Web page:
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Financial institutions that receive federal funds may be subject to liability if the funds are received as the result of false information. For example, residential mortgages insured though the Federal Housing Administration (FHA) are backed by the federal government. Providing false information about the borrower or the subject property to qualify a mortgage for FHA insurance may violate the False Claims Act.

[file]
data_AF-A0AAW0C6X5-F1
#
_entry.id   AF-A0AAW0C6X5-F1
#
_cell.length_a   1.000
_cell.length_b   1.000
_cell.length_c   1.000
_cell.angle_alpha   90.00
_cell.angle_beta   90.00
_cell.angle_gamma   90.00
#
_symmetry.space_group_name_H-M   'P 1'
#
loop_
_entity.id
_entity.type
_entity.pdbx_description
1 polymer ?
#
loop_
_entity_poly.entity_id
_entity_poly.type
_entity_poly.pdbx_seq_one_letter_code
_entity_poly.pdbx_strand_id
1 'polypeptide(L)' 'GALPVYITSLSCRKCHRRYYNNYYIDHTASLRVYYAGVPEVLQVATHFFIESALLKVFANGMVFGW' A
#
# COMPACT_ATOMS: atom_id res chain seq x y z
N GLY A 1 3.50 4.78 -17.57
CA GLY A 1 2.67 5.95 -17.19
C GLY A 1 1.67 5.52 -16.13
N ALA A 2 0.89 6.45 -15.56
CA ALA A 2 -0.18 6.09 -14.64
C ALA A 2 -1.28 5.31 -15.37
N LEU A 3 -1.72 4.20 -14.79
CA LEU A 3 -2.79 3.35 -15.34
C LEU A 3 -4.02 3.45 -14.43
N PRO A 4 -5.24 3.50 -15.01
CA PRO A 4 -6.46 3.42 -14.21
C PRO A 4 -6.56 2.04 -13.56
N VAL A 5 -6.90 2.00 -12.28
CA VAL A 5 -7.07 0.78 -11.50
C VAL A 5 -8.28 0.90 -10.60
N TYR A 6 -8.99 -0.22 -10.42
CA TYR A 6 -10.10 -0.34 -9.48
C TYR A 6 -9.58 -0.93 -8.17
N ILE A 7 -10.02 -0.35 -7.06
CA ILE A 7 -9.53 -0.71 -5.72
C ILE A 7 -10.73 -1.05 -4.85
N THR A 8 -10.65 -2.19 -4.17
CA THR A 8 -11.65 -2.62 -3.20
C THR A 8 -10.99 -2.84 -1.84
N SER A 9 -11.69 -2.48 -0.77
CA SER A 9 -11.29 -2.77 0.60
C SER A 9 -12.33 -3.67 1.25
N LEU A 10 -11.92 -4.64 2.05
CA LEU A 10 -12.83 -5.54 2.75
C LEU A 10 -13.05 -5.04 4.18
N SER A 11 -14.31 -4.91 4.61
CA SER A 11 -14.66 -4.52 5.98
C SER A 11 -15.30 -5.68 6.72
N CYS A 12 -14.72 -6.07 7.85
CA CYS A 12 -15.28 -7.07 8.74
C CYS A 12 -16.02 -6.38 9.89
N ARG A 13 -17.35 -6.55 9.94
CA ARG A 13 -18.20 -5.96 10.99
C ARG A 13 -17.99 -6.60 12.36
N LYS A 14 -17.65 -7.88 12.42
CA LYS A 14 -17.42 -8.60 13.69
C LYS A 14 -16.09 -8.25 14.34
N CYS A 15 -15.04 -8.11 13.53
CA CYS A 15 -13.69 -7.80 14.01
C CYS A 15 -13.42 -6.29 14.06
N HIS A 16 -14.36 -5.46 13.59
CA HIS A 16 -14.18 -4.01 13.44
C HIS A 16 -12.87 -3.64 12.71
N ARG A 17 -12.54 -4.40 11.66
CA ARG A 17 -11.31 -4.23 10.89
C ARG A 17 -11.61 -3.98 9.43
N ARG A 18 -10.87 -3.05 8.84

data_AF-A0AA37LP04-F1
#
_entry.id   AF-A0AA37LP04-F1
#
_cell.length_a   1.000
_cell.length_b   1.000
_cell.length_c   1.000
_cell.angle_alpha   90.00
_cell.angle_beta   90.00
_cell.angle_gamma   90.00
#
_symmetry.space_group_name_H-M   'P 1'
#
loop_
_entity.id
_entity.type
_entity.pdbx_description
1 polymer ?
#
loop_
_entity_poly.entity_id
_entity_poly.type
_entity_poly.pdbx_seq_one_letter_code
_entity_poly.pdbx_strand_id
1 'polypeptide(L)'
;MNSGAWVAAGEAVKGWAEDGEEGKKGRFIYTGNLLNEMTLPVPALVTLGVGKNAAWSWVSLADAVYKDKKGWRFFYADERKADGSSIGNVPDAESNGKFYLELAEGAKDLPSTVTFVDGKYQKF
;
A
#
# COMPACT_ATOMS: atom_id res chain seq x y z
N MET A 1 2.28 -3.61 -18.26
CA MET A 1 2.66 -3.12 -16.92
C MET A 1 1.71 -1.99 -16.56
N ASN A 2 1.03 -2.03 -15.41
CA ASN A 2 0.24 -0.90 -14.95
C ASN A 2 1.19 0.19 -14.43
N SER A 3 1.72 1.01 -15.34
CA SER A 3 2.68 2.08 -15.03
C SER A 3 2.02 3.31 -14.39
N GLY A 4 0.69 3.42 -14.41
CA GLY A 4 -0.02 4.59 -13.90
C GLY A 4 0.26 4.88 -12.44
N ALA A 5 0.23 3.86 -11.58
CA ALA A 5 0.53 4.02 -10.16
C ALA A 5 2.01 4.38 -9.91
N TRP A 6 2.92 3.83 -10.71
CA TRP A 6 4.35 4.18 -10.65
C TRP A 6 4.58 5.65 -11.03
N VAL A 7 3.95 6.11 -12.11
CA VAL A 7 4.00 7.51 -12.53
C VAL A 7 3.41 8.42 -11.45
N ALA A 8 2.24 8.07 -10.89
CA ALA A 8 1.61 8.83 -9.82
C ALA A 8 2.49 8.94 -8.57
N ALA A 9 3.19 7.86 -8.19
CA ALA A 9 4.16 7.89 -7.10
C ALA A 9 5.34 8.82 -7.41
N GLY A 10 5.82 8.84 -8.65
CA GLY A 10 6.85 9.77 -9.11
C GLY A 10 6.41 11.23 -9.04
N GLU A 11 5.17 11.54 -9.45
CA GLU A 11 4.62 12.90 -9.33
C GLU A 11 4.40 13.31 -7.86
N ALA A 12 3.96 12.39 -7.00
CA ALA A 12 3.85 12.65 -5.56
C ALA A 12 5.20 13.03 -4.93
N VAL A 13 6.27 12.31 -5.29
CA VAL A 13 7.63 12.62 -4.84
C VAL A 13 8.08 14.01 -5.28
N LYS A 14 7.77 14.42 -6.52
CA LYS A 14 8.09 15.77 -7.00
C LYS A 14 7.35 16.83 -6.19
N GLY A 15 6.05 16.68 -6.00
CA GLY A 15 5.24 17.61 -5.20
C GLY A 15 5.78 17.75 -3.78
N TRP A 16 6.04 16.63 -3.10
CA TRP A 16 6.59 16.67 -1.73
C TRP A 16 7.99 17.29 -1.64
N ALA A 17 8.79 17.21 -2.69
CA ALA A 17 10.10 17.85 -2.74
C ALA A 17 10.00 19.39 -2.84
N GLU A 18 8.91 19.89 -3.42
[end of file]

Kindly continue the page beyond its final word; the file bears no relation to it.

In a notable example, in February 2012, Bank of America agreed to pay $1 billion to resolve claims under the False Claims Act. The federal government alleged that the bank, through its Countrywide Financial subsidiaries, defrauded the FHA by recklessly and fraudulently underwriting loans to unqualified borrowers. This conduct involved originating mortgage loans that were based upon inflated appraisals, and resulted in hundreds of millions of dollars in damages to the FHA. Similarly, a whistleblower lawsuit against Citigroup claimed that the bank defrauded the government by falsely certifying that thousands of its loans qualified for FHA insurance. In February 2012, that case resulted in a $158.3 million dollar settlement.
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